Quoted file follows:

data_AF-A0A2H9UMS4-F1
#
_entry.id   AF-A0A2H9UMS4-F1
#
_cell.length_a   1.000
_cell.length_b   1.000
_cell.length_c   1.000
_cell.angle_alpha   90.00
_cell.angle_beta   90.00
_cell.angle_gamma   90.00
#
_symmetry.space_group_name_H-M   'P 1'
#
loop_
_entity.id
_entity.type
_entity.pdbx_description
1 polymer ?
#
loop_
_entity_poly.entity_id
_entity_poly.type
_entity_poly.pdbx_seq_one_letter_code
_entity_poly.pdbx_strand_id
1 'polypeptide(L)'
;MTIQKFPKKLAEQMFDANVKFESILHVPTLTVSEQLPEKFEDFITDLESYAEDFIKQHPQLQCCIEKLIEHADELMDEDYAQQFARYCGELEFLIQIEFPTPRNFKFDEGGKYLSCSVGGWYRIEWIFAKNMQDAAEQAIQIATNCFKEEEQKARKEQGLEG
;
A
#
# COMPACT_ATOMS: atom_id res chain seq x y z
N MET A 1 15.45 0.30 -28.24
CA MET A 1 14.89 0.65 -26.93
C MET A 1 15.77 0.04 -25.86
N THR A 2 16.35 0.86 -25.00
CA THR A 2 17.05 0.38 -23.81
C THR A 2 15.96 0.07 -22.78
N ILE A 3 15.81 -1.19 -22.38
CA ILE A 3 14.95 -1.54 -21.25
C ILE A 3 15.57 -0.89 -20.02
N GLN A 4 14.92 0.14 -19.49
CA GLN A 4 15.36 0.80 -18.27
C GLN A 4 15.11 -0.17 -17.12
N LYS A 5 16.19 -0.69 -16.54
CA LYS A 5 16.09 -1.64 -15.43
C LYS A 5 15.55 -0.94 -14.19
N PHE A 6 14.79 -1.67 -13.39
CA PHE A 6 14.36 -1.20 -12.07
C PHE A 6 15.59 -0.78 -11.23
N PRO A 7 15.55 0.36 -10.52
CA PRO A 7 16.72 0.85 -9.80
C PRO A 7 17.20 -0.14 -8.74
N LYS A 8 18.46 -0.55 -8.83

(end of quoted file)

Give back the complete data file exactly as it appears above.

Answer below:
data_AF-A0A2H9UMS4-F1
#
_entry.id   AF-A0A2H9UMS4-F1
#
_cell.length_a   1.000
_cell.length_b   1.000
_cell.length_c   1.000
_cell.angle_alpha   90.00
_cell.angle_beta   90.00
_cell.angle_gamma   90.00
#
_symmetry.space_group_name_H-M   'P 1'
#
loop_
_entity.id
_entity.type
_entity.pdbx_description
1 polymer ?
#
loop_
_entity_poly.entity_id
_entity_poly.type
_entity_poly.pdbx_seq_one_letter_code
_entity_poly.pdbx_strand_id
1 'polypeptide(L)'
;MTIQKFPKKLAEQMFDANVKFESILHVPTLTVSEQLPEKFEDFITDLESYAEDFIKQHPQLQCCIEKLIEHADELMDEDYAQQFARYCGELEFLIQIEFPTPRNFKFDEGGKYLSCSVGGWYRIEWIFAKNMQDAAEQAIQIATNCFKEEEQKARKEQGLEG
;
A
#
# COMPACT_ATOMS: atom_id res chain seq x y z
N MET A 1 15.45 0.30 -28.24
CA MET A 1 14.89 0.65 -26.93
C MET A 1 15.77 0.04 -25.86
N THR A 2 16.35 0.86 -25.00
CA THR A 2 17.05 0.38 -23.81
C THR A 2 15.96 0.07 -22.78
N ILE A 3 15.81 -1.19 -22.38
CA ILE A 3 14.95 -1.54 -21.25
C ILE A 3 15.57 -0.89 -20.02
N GLN A 4 14.92 0.14 -19.49
CA GLN A 4 15.36 0.80 -18.27
C GLN A 4 15.11 -0.17 -17.12
N LYS A 5 16.19 -0.69 -16.54
CA LYS A 5 16.09 -1.64 -15.43
C LYS A 5 15.55 -0.94 -14.19
N PHE A 6 14.79 -1.67 -13.39
CA PHE A 6 14.36 -1.20 -12.07
C PHE A 6 15.59 -0.78 -11.23
N PRO A 7 15.55 0.36 -10.52
CA PRO A 7 16.72 0.85 -9.80
C PRO A 7 17.20 -0.14 -8.74
N LYS A 8 18.46 -0.55 -8.83